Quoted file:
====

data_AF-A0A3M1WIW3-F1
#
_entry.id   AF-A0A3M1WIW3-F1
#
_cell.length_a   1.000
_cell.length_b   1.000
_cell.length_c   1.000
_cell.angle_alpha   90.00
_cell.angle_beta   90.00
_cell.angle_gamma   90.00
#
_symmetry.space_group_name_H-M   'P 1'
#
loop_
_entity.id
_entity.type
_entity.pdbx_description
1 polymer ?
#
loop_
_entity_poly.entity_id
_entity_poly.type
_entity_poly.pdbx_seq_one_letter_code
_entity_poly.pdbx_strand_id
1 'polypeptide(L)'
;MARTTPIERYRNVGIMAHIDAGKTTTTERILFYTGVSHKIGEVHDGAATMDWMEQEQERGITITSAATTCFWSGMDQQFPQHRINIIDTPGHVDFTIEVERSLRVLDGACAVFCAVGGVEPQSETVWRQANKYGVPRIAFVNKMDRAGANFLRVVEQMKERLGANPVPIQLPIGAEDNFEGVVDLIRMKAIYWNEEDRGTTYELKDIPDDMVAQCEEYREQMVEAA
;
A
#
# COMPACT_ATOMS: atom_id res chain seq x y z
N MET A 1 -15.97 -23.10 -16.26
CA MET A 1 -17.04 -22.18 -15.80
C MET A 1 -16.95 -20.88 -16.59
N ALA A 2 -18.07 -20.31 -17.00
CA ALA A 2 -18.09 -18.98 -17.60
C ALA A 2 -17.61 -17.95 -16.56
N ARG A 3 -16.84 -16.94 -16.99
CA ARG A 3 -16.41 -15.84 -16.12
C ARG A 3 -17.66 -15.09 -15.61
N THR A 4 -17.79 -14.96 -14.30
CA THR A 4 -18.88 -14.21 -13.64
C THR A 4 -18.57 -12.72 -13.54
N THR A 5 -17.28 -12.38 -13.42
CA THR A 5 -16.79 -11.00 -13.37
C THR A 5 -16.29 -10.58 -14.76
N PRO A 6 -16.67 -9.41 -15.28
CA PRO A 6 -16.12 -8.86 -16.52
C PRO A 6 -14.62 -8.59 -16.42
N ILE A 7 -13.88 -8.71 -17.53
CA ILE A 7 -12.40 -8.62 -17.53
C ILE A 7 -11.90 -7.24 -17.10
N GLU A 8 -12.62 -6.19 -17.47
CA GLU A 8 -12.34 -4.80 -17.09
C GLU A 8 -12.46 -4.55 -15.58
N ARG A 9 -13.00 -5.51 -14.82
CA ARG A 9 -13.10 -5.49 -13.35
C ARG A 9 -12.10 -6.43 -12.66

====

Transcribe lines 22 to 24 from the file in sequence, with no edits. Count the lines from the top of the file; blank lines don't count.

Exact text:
_entity_poly.type
_entity_poly.pdbx_seq_one_letter_code
_entity_poly.pdbx_strand_id